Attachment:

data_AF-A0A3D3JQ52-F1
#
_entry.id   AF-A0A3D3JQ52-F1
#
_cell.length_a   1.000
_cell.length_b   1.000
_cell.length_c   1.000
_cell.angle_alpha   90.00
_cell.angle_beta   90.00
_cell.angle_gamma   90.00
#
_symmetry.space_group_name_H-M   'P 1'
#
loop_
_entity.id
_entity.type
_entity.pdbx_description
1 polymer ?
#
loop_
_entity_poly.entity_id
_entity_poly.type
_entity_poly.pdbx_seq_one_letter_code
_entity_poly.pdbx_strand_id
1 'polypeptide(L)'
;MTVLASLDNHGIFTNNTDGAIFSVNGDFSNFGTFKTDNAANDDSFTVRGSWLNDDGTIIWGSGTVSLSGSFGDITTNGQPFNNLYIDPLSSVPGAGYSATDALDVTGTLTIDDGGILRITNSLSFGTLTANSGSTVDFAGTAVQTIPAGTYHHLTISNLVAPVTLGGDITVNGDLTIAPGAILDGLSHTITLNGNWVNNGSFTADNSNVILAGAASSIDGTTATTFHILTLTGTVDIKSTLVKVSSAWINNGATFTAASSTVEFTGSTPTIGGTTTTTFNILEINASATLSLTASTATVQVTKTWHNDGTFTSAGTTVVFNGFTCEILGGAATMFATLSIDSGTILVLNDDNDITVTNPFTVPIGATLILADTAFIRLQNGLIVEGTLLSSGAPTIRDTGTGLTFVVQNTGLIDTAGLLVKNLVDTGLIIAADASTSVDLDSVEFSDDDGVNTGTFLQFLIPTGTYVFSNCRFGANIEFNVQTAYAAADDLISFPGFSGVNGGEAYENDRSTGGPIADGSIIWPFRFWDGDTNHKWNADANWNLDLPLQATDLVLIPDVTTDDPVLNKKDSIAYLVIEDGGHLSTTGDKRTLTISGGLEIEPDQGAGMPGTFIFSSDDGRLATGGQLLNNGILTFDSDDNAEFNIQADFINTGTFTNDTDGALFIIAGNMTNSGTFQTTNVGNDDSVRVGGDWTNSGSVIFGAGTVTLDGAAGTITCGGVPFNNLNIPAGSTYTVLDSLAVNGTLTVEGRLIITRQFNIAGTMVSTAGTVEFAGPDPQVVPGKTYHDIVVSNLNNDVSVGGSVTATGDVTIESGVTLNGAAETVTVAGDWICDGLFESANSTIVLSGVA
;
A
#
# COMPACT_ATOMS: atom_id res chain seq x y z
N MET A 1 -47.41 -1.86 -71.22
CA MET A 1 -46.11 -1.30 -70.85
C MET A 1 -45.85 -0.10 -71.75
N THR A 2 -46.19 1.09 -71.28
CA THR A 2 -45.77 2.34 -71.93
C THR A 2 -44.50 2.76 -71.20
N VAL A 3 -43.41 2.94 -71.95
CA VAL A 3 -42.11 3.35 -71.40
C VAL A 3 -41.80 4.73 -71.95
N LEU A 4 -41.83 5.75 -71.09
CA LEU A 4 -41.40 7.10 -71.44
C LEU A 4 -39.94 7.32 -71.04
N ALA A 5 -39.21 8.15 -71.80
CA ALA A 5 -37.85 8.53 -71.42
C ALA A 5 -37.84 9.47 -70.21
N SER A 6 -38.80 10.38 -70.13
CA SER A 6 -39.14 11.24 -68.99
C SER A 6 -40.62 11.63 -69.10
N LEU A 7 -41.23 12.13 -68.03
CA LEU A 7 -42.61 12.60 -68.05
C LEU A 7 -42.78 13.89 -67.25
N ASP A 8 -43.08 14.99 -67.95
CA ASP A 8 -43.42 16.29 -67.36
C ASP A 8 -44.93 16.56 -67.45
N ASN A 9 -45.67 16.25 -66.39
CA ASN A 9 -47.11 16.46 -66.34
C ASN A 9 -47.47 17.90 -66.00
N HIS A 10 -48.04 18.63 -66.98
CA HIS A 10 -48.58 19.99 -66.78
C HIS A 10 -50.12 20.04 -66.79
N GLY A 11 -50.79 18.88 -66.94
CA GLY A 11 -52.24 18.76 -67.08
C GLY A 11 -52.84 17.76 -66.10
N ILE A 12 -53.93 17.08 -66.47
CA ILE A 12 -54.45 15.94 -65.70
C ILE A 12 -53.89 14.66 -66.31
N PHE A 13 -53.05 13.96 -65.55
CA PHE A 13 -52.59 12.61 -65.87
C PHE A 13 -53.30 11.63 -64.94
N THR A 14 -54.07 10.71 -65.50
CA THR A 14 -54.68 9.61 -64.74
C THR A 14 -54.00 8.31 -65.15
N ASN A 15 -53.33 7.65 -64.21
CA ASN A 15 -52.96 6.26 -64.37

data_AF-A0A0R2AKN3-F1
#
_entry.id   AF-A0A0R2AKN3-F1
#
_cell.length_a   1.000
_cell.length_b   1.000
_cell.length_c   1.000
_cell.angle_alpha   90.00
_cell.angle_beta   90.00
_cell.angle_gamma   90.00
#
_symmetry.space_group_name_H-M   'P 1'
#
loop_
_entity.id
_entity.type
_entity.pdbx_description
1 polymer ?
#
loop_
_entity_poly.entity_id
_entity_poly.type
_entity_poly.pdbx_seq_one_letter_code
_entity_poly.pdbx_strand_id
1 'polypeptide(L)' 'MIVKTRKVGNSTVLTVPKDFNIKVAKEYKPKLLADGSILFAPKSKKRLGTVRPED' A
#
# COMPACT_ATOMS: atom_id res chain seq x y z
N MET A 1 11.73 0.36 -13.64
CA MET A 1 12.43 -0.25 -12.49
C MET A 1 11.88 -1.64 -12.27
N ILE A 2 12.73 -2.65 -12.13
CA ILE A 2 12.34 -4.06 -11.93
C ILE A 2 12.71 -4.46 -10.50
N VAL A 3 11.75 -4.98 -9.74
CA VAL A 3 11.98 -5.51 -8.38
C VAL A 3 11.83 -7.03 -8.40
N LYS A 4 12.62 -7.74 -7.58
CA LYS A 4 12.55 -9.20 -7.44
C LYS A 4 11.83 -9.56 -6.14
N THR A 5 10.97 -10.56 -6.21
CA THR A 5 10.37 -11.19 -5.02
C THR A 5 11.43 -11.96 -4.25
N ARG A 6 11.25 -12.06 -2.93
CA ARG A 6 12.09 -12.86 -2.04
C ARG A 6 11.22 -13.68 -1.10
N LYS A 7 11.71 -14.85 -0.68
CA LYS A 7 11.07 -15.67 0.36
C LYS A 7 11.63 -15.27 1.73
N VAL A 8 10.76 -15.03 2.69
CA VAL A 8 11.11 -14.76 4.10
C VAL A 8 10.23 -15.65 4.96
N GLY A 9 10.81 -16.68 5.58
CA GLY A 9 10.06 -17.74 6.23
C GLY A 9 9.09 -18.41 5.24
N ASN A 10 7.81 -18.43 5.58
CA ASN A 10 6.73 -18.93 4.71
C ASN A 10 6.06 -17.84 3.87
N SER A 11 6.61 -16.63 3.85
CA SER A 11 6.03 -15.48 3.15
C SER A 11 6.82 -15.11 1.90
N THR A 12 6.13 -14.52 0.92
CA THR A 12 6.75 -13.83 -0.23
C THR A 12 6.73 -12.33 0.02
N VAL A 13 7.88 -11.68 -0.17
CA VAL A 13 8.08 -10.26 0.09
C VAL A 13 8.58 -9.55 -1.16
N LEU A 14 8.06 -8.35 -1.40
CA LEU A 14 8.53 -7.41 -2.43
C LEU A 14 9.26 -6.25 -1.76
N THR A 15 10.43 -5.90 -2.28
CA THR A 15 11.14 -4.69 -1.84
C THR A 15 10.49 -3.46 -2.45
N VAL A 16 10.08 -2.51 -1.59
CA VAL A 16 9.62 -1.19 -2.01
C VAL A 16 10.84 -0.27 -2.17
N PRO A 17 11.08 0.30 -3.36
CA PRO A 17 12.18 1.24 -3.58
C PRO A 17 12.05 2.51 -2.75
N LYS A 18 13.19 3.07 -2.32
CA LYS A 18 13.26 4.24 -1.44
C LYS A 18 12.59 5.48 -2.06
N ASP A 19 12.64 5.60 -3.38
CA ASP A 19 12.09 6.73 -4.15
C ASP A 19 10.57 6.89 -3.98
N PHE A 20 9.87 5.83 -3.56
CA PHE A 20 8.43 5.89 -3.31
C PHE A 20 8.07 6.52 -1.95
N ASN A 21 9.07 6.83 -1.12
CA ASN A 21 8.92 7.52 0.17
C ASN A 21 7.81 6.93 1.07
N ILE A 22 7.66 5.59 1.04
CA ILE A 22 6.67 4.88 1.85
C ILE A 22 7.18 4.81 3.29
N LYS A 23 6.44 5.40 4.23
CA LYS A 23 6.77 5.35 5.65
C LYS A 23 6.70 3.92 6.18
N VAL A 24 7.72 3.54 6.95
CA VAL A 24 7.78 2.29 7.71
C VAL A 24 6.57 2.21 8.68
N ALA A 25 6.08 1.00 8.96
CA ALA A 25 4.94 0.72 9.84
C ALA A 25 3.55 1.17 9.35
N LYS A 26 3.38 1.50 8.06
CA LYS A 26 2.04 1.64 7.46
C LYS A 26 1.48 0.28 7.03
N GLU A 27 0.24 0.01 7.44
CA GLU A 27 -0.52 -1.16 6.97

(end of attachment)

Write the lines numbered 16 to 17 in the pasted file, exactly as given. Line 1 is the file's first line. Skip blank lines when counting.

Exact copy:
_entity.type
_entity.pdbx_description